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Pancreatic Cancer Health Center

Medical Reference Related to Pancreatic Cancer

  1. Recurrent and Progressive Pancreatic Neuroendocrine Tumors

    There is no established therapy for pancreatic neuroendocrine tumors that recur or progress after prior therapy.[1] Deciding on further treatment depends on many factors, including:The specific cancer.Prior treatment.Site of recurrence.Individual patient considerations.Attempts at re-resection of local tumors that have recurred or metastatic lesions may offer palliation, when technically feasible. Intra-arterial chemotherapy is a consideration for patients with liver metastases. Patients with hepatic-dominant disease and substantial symptoms caused by tumor bulk or hormone-release syndromes may benefit from continuous-infusion intra-arterial chemotherapy or procedures that reduce hepatic arterial blood flow to metastases (hepatic arterial occlusion with embolization or with chemoembolization).[2,3,4,5,6,7] Such treatment may also be combined with systemic chemotherapy. A variety of systemic agents have shown biologic or palliative activity,[1,8] including:Somatostatin

  2. About This PDQ Summary

    About PDQPhysician Data Query (PDQ) is the National Cancer Institute's (NCI's) comprehensive cancer information database. The PDQ database contains summaries of the latest published information on cancer prevention, detection, genetics, treatment, supportive care, and complementary and alternative medicine. Most summaries come in two versions. The health professional versions have detailed information written in technical language. The patient versions are written in easy-to-understand, nontechnical language. Both versions have cancer information that is accurate and up to date and most versions are also available in Spanish.PDQ is a service of the NCI. The NCI is part of the National Institutes of Health (NIH). NIH is the federal government's center of biomedical research. The PDQ summaries are based on an independent review of the medical literature. They are not policy statements of the NCI or the NIH.Purpose of This SummaryThis PDQ cancer information summary has current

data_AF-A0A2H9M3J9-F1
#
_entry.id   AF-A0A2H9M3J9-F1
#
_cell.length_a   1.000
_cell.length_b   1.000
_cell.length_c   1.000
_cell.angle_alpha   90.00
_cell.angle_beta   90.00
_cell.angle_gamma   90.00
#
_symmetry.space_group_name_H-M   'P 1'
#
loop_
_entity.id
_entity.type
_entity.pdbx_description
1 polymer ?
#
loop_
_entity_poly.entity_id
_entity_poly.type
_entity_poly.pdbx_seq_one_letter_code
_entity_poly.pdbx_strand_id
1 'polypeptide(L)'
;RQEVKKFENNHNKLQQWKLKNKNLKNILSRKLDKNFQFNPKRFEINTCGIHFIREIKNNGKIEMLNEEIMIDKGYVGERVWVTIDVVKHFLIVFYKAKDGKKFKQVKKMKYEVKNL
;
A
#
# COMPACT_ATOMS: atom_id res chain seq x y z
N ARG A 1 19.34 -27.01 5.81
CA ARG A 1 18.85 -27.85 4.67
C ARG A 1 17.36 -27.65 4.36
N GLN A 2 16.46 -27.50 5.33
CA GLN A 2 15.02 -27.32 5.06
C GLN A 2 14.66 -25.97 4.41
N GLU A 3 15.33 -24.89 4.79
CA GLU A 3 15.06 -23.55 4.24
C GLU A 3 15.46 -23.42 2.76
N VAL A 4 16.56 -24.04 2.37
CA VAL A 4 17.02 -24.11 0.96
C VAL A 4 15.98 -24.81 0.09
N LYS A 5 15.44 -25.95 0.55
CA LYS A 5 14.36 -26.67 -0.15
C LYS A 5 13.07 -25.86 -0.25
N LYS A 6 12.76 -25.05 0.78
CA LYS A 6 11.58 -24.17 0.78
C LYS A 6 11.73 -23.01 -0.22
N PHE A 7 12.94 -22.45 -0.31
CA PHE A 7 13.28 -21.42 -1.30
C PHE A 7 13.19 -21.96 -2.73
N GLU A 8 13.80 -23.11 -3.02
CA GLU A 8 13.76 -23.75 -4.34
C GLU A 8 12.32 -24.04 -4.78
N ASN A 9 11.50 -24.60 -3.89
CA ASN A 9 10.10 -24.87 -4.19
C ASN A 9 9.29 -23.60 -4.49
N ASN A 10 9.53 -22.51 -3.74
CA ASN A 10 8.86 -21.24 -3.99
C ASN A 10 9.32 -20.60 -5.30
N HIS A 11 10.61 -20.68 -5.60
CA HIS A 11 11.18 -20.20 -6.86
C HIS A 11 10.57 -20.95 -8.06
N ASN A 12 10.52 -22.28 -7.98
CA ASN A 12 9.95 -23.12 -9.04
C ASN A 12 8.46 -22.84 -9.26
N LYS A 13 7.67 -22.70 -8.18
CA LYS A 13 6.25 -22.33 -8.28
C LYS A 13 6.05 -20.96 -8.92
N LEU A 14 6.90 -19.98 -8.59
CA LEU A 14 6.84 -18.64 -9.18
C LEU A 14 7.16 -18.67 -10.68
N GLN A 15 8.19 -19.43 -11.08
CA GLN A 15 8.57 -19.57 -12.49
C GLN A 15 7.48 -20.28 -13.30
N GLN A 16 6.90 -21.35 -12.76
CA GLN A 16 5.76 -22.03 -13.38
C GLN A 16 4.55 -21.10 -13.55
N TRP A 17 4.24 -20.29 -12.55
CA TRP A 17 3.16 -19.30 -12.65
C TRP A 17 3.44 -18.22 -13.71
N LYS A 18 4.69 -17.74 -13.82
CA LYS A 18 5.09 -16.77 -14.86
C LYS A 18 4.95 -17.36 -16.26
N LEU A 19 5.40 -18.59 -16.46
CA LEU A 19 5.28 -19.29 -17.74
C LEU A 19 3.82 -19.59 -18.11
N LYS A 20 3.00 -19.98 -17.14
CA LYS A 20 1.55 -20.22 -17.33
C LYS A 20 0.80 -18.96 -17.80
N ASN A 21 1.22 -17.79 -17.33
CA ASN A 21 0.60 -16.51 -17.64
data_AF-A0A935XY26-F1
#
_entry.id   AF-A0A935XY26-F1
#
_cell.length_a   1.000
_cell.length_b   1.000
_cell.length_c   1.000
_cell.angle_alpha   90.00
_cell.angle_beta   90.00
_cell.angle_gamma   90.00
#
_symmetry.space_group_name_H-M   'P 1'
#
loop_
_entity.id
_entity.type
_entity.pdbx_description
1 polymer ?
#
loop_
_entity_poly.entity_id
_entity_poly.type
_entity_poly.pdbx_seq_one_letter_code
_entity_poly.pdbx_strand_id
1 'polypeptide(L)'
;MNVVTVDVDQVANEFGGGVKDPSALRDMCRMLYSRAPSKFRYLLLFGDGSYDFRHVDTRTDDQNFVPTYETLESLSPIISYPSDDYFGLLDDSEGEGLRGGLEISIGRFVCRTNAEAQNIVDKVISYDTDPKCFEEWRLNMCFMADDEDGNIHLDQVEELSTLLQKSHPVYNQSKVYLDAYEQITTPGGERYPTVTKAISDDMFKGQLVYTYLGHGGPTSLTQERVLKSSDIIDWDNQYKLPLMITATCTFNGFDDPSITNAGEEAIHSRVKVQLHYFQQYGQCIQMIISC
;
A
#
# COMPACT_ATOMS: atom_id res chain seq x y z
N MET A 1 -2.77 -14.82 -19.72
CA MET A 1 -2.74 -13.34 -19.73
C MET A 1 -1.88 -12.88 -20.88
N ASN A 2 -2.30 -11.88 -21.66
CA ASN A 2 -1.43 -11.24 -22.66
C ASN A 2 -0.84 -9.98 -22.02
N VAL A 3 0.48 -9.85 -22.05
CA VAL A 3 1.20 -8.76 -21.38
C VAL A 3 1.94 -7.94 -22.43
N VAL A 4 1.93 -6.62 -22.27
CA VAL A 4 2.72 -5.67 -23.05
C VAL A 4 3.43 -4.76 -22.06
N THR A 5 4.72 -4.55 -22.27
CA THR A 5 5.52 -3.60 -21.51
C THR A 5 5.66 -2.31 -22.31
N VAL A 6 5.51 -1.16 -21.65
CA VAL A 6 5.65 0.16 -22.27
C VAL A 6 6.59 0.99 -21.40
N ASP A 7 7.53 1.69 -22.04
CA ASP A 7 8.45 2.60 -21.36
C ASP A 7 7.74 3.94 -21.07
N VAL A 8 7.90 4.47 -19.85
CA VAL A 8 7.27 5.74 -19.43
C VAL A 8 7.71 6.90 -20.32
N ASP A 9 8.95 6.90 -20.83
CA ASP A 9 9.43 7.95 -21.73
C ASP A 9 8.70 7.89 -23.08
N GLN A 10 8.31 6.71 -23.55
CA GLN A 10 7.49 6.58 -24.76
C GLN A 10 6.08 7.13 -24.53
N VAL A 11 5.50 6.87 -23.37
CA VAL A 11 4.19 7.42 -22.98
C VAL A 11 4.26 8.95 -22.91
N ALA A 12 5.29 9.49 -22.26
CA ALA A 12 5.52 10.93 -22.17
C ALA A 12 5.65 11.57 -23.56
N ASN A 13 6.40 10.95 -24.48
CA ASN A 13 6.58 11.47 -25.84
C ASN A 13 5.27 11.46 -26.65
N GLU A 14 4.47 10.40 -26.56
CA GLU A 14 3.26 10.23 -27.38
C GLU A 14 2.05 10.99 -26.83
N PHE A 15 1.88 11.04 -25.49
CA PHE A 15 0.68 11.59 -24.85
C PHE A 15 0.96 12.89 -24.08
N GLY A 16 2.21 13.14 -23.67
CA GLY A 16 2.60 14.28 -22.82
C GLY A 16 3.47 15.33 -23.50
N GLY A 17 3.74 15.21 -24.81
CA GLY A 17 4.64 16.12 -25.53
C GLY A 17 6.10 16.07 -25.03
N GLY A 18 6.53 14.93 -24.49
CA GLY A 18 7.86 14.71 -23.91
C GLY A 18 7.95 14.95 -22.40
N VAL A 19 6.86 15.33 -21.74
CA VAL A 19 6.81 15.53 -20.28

3. Pancreatic Neuroendocrine Tumors (NETs)

    Pancreatic neuroendocrine tumors, or NETs, may or may not be cancer. Treatment for these rare tumors depends on what kind they are and how far they have spread.

  4. Pancreatic Cancer Treatments by Stage

    WebMD looks into both routinely used and emerging treatments for pancreatic cancer.

  5. Pancreatic Cancer Diet and Prevention

    WebMD looks at ways you can improve your health and decrease your risk of getting pancreatic cancer. Learn about lifestyle changes and more.

  6. Pancreatic Cancer Causes and Risk Factors

    Are you at risk for pancreatic cancer? Learn more from the experts at WebMD.

  7. Pancreatic Cancer Diagnosis and Early Detection

    WebMD explains how pancreatic cancer is diagnosed and if there is a way to detect it early.

  8. Pancreatic Cancer Symptoms

    WebMD examines the signs and symptoms of pancreatic cancer, including abdominal pain, weight loss, jaundice, and more.

  9. Questions to Ask Your Doctor About Pancreatic Cancer

    WebMD provides you with questions to ask your doctor if you've been diagnosed with pancreatic cancer.

  10. Topic Overview

    What is pancreatic cancer?Pancreatic cancer happens when cells that aren't normal grow and start to form tumors in the pancreas, a small organ located deep in the belly, behind your stomach.The pancreas makes juices that help your body digest food. It also makes insulin and other hormones that help control your blood sugar. There are two main types of pancreatic tumors: exocrine and endocrine. The type of tumor depends on which type of cells are involved. Exocrine (say EX-oh-krin) cells make digestive juices. Endocrine (say EN-doh-krin) cells make insulin. Most people with pancreatic cancer have exocrine tumors, which grow faster than endocrine tumors.Treatments are more successful when cancer is found early. But in most cases, pancreatic cancer has already spread by the time it is found. Still, treatment may help you feel better, and it helps some people live longer.What causes pancreatic cancer?Experts don't know what causes pancreatic cancer. But they do know that changes in

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